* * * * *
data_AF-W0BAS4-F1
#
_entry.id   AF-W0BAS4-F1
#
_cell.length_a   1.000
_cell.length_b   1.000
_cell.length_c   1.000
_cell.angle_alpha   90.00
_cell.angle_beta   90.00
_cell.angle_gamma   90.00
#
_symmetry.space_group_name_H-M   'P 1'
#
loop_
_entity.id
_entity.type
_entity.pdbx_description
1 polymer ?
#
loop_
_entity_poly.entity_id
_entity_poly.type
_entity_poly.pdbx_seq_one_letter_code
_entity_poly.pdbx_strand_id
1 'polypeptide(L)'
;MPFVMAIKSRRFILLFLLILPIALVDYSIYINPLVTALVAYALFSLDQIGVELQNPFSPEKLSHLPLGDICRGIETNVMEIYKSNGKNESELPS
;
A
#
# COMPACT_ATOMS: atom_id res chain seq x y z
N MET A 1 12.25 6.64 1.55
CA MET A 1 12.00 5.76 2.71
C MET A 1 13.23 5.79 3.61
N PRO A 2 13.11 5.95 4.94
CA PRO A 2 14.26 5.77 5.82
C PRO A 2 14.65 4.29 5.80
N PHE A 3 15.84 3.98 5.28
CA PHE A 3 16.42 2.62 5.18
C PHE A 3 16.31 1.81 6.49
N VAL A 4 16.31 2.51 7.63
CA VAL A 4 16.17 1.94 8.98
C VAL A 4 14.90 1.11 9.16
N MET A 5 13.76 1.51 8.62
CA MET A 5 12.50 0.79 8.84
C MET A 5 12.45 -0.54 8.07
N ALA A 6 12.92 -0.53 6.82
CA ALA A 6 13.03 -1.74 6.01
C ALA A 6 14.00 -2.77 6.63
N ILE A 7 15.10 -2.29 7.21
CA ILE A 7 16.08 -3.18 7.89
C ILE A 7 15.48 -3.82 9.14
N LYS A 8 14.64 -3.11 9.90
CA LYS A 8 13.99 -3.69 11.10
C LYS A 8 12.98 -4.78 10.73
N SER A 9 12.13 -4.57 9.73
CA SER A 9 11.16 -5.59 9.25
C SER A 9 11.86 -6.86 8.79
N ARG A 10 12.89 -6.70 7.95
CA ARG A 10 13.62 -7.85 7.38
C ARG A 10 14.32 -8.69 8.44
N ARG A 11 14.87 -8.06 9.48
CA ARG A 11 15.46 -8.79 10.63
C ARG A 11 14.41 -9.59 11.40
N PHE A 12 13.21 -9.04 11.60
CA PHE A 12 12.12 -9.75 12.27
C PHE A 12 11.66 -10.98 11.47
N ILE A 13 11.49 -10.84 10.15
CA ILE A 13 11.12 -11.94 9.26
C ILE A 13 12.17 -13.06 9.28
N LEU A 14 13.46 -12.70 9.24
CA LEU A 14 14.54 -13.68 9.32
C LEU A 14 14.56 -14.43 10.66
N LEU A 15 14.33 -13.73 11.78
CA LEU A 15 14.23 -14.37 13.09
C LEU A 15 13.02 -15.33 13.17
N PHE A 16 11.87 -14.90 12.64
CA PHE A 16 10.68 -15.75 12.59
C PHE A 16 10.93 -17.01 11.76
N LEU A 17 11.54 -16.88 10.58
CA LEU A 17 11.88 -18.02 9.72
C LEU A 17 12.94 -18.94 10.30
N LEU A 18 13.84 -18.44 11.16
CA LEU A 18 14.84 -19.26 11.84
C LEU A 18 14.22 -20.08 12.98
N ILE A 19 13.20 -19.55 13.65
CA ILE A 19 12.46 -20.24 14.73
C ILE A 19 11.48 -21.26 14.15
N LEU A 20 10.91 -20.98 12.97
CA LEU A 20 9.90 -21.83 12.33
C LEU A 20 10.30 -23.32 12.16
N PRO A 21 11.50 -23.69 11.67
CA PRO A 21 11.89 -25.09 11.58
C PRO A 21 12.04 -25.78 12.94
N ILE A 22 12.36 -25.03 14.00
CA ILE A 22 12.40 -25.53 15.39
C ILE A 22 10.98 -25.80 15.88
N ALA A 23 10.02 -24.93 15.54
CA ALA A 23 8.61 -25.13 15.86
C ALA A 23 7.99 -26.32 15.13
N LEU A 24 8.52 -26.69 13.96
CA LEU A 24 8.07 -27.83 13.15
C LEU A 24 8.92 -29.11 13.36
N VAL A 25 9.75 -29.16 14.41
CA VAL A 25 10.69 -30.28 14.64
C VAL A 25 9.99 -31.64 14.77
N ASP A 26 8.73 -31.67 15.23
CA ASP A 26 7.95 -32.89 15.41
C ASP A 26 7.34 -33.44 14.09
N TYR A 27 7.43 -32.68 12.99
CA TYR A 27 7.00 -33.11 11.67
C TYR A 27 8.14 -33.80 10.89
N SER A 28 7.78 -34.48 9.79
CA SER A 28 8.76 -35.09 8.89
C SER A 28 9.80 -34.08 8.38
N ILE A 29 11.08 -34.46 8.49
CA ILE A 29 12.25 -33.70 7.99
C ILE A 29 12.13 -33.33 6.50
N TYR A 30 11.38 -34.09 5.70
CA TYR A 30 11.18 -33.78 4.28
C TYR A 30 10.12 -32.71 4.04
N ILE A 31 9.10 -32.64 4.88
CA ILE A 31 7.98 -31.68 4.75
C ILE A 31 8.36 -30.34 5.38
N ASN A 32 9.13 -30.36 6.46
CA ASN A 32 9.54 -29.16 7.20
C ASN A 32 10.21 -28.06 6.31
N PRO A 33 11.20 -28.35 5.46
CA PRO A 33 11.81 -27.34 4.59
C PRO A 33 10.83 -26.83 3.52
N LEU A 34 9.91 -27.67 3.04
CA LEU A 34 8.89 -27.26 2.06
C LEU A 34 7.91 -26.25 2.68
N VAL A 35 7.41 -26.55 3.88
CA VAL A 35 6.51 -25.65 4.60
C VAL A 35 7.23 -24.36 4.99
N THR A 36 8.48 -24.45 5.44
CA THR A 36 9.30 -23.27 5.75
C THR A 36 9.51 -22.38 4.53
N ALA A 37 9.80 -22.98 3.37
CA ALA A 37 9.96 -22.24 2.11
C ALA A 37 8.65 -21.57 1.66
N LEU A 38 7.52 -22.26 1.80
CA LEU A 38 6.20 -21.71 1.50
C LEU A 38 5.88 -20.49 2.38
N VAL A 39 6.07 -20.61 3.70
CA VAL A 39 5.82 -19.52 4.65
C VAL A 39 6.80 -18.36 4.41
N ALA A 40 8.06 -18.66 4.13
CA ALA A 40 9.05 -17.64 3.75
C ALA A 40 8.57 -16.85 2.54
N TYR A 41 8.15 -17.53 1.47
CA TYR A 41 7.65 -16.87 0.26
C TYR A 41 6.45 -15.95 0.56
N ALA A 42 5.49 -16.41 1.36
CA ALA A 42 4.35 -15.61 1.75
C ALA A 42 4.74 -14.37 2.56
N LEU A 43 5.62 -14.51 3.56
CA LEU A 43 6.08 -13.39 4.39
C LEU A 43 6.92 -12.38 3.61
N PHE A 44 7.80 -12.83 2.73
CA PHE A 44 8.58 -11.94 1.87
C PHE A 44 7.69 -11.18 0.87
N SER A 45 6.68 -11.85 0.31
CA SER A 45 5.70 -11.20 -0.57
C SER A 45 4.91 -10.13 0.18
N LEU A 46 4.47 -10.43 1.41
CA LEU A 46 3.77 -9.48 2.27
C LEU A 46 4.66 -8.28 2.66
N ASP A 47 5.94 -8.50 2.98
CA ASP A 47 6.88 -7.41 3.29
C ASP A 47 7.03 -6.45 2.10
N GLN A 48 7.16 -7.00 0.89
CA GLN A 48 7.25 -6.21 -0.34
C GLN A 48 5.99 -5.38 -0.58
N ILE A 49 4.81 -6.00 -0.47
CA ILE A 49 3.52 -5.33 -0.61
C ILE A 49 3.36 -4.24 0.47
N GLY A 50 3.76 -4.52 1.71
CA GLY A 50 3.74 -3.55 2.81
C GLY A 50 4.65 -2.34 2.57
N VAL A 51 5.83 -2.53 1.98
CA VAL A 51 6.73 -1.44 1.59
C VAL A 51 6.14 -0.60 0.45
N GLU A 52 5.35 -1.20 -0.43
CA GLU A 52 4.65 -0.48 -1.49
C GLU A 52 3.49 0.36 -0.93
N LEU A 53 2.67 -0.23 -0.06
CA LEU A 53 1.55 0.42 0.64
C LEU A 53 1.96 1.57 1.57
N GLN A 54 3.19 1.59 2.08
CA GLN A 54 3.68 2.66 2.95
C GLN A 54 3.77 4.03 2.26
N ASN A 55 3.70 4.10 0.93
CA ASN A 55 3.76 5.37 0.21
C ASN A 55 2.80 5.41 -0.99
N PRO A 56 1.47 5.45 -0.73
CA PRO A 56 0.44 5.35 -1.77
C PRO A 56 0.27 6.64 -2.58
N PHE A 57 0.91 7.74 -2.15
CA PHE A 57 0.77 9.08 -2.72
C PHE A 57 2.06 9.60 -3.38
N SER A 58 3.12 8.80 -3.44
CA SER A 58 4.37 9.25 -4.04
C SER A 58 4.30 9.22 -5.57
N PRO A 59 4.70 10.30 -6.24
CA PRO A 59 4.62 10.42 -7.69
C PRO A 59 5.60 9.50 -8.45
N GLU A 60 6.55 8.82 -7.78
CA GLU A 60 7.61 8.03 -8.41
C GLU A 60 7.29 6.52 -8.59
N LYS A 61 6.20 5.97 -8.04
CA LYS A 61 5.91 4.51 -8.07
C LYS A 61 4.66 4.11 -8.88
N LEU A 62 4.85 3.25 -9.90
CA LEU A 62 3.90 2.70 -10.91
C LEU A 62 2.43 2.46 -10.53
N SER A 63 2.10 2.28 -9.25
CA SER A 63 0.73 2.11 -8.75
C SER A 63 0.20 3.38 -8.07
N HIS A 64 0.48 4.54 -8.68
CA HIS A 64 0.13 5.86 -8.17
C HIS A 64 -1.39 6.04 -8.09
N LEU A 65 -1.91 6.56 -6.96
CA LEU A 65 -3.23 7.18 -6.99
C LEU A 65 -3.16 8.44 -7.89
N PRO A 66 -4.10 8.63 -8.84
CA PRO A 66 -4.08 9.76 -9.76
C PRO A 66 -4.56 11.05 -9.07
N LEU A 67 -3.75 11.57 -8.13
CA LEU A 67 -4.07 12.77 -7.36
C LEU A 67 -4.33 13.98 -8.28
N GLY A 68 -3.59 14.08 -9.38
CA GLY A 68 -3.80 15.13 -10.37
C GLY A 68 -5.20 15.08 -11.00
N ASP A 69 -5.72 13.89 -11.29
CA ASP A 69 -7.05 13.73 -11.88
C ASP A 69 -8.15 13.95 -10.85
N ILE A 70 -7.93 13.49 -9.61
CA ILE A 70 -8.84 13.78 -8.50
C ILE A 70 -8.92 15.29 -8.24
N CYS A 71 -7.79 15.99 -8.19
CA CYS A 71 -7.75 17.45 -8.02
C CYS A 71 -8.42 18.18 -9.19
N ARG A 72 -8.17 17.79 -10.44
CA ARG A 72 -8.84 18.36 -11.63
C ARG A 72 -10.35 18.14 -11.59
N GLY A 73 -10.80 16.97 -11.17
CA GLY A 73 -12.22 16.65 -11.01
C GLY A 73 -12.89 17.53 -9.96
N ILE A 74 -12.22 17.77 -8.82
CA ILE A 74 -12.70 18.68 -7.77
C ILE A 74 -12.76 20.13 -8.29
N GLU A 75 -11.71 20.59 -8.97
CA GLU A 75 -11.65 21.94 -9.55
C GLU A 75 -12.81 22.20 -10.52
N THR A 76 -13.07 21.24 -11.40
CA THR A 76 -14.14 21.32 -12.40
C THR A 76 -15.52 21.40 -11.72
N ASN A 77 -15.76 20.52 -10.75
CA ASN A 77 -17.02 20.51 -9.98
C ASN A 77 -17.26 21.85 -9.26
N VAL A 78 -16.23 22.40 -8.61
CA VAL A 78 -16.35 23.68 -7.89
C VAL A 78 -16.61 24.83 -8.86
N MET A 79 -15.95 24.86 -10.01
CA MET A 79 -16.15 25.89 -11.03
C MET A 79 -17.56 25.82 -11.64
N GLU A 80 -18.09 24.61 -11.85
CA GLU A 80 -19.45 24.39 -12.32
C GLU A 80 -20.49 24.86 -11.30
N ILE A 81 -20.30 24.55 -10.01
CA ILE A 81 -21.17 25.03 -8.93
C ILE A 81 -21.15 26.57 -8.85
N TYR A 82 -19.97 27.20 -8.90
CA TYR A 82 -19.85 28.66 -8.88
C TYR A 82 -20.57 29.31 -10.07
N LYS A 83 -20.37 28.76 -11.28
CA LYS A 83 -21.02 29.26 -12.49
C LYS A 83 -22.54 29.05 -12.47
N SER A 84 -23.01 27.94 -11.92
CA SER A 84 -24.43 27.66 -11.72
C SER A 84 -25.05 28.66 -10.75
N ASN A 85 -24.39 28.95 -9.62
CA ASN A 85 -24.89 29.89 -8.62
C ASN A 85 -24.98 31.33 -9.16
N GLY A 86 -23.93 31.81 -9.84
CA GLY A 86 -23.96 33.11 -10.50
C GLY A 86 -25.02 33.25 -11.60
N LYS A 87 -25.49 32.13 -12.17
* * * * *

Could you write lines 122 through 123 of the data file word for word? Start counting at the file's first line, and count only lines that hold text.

CA ILE A 31 7.98 -31.68 4.75
C ILE A 31 8.36 -30.34 5.38